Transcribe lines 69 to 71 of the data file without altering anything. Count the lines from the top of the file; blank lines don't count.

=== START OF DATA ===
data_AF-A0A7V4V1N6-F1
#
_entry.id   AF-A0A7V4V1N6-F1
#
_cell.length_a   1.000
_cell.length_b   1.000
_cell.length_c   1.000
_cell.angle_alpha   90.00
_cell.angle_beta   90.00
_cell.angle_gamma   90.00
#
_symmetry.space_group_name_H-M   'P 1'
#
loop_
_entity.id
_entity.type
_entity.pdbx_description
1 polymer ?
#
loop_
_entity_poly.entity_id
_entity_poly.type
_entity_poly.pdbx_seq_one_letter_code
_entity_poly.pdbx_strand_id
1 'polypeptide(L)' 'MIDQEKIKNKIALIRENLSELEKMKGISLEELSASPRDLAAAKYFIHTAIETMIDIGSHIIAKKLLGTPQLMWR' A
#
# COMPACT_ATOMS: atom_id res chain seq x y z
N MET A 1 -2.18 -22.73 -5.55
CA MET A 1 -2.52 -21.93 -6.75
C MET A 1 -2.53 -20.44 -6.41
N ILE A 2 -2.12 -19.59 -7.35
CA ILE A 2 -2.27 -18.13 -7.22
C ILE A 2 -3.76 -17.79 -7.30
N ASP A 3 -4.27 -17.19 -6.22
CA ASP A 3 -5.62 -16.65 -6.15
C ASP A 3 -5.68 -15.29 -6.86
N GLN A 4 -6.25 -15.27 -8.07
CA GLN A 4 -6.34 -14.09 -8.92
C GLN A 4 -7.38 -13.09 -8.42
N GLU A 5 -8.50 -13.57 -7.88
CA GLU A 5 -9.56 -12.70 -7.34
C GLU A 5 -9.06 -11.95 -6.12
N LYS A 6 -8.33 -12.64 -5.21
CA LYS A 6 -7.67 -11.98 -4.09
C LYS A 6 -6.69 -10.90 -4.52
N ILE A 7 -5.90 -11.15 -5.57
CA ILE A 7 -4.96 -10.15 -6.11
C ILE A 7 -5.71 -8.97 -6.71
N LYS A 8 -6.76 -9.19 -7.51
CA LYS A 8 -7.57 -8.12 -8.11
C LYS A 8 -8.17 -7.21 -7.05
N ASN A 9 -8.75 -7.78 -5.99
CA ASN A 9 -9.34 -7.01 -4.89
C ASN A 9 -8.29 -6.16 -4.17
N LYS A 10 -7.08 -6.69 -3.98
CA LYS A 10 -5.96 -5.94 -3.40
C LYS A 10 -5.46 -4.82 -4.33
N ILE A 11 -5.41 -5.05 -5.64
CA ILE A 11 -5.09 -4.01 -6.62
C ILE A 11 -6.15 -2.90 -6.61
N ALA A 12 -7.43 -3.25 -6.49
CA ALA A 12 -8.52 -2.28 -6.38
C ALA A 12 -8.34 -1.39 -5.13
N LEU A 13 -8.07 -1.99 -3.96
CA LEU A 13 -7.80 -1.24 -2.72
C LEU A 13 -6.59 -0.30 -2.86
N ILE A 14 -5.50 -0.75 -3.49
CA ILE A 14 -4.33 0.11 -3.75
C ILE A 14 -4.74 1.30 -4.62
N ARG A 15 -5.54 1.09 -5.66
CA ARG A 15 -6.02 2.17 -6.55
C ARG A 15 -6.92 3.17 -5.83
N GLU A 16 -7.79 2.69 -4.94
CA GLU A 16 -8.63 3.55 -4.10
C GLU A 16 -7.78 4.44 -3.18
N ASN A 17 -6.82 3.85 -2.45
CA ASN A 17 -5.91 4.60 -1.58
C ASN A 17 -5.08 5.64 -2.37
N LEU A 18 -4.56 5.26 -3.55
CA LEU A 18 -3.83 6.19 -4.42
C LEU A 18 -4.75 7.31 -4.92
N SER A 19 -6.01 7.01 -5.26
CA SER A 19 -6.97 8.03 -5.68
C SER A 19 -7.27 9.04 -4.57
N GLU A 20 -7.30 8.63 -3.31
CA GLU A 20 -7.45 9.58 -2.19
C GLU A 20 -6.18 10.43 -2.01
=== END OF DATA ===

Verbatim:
C ILE A 14 -4.74 1.30 -4.62
N ARG A 15 -5.54 1.09 -5.66
CA ARG A 15 -6.02 2.17 -6.55